As women, I think that we have a natural tendency to be envious of other women, and that envy can really bring us down and obliterate our self esteem. I was no different. I used to battle that envy demon everyday, but I became much, much happier when I learned to turn my envy into admiration. We are all different in so many ways and there is always going to be something about ourselves that we are unhappy with, but if we learn to focus on our positive attributes rather than our negatives, then we can, one by one, work to improve those negatives without having to hate ourselves in the process. Turn your envious thoughts into compliments. You don’t necessarily have to express them out loud, but you can certainly do it in your head. If you see another woman with great legs struttin’ her stuff, instead of thinking, “Ugh, she must think she’s all that with her short shorts and long legs,” think, “Wow, she has awesome legs” and be done with it. Try it sometime. You will find that it gets easier every day, and frees you from the crippling effects of envy. Can you imagine everyone hating Michael Jordan because he was an awesome basketball player? I can’t. And everyday, millions of men wear the jerseys of other guys they admire. It’s their way of saying, “Wow, he has awesome legs.” Well, it doesn’t quite mean that, but you know what I mean. It’s respectful admiration rather than unsettling jealousy. Ladies, let’s emotionally wear each others’ jerseys by showing admiration for each other instead of jealousy.
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So your big day is upon you, and whether it’s an audition, a competition, a photo shoot, or a wedding, your instinct is probably to starve yourself. Well, your instinct couldn’t be more wrong. My big day has come and gone (side note: incredible photo shoot, can’t wait to share the pics), so I thought I would share my day of event diet guidelines with you.
The week of your event is an important time, nutrition wise. What you consume during this week can make or break you. That’s why it is IMPERATIVE that you follow my next bit of advice:
This week is NOT the time to try something new and it is NOT when you want to make big changes to your diet and exercise.
My first year in grad school, I was an assistant for Dan Benardot, Ph.D., R.D., L.D., FACSM’s general sports nutrition class. He’s a brilliant man, and has worked with some of the world’s most elite athletes, so his teachings are my religion. Much of what he said in the class helped me to develop my pre-contest diet. One thing in particular stuck with me and changed my competition prep for good. It was something along the lines of, “why would you train and prepare for months to get to where you are and then the week of your event, change everything?” It was the best thing I had heard pertaining to contest dieting and it made so much sense. Why, if I’ve been doing one thing to reach a certain point, would I change things once I’ve reached that point? Duh!! It was at that moment that I left depleting (both carb and water) in the dust.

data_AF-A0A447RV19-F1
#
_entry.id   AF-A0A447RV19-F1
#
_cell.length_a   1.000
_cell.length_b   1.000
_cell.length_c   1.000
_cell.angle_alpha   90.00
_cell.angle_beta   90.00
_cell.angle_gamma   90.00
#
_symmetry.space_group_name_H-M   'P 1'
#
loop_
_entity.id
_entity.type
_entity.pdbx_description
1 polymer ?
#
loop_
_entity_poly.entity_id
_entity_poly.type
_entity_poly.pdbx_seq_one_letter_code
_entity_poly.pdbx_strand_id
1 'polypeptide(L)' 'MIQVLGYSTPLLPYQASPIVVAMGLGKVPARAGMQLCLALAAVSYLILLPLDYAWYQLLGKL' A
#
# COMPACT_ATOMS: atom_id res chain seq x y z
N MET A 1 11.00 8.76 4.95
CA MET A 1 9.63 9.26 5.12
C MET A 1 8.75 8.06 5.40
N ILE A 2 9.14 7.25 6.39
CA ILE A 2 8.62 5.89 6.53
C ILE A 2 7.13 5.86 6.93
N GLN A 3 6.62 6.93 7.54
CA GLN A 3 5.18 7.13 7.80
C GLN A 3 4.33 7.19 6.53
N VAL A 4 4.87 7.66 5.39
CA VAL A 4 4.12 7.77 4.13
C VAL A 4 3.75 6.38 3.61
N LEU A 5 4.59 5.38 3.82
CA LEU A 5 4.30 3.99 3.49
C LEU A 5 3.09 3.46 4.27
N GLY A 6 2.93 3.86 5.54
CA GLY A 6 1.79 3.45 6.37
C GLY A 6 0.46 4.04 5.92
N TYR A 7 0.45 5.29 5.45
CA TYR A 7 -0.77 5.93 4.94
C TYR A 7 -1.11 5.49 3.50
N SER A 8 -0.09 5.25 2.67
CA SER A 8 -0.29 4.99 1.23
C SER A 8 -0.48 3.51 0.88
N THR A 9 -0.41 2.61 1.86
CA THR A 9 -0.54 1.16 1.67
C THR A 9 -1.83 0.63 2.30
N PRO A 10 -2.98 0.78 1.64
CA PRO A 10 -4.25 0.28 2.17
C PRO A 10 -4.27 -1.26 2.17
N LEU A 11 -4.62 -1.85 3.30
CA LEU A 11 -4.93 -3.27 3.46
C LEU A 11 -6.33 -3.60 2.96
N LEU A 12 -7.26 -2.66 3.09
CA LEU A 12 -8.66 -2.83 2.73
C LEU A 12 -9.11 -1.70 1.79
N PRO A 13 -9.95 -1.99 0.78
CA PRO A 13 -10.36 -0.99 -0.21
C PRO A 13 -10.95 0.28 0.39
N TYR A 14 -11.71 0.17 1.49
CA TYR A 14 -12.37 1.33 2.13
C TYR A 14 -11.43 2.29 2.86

Now that you know where I’m coming from, here are my guidelines for day of event eating:
- Eat breakfast! Make sure it’s a food that you’re used to. Don’t skimp on breakfast just because you’re going to be in a tiny outfit or bikini. That is the worst thing you can do, as it can lead to bloating later on, perhaps while you’re on stage or in front of the camera.
- Eat foods that are familiar to you. You should know what foods bloat you so you can avoid them; this is where keeping a log comes in handy.
- Eat every 2 1/2 to 3 hours! Skimping on meals could lead to bloating as well.
- Drink the same amount of water that you drink every other day. Again, skimping on water and messing around with water intake, can cause bloating.
- 3 hours before your event, you should have your last pre-event meal or snack, mine is usually a bar of some sort. Chug some water. Once you have excreted the liquid (trying not to be graphic), sip a sports drink every 20 minutes to keep your blood sugar regulated and your energy levels up.
- And as for physical activity, a quick low impact total body workout with resistance bands or body weight would be ideal. You’ll find fitness competitors doing body weight calisthenics like squats and push ups in their heels right before they walk out on stage, very entertaining.
There you have it, my simple guidelines for day of event eating. Remember, these are guidelines, everyone’s day of event diet is going to be different. I am very different from other fitness competitors. As I said, I base my diet on my experiences and education. The only way to figure out your perfect diet, is by trial and error. Every body is different, which means everyone’s diet will be as well.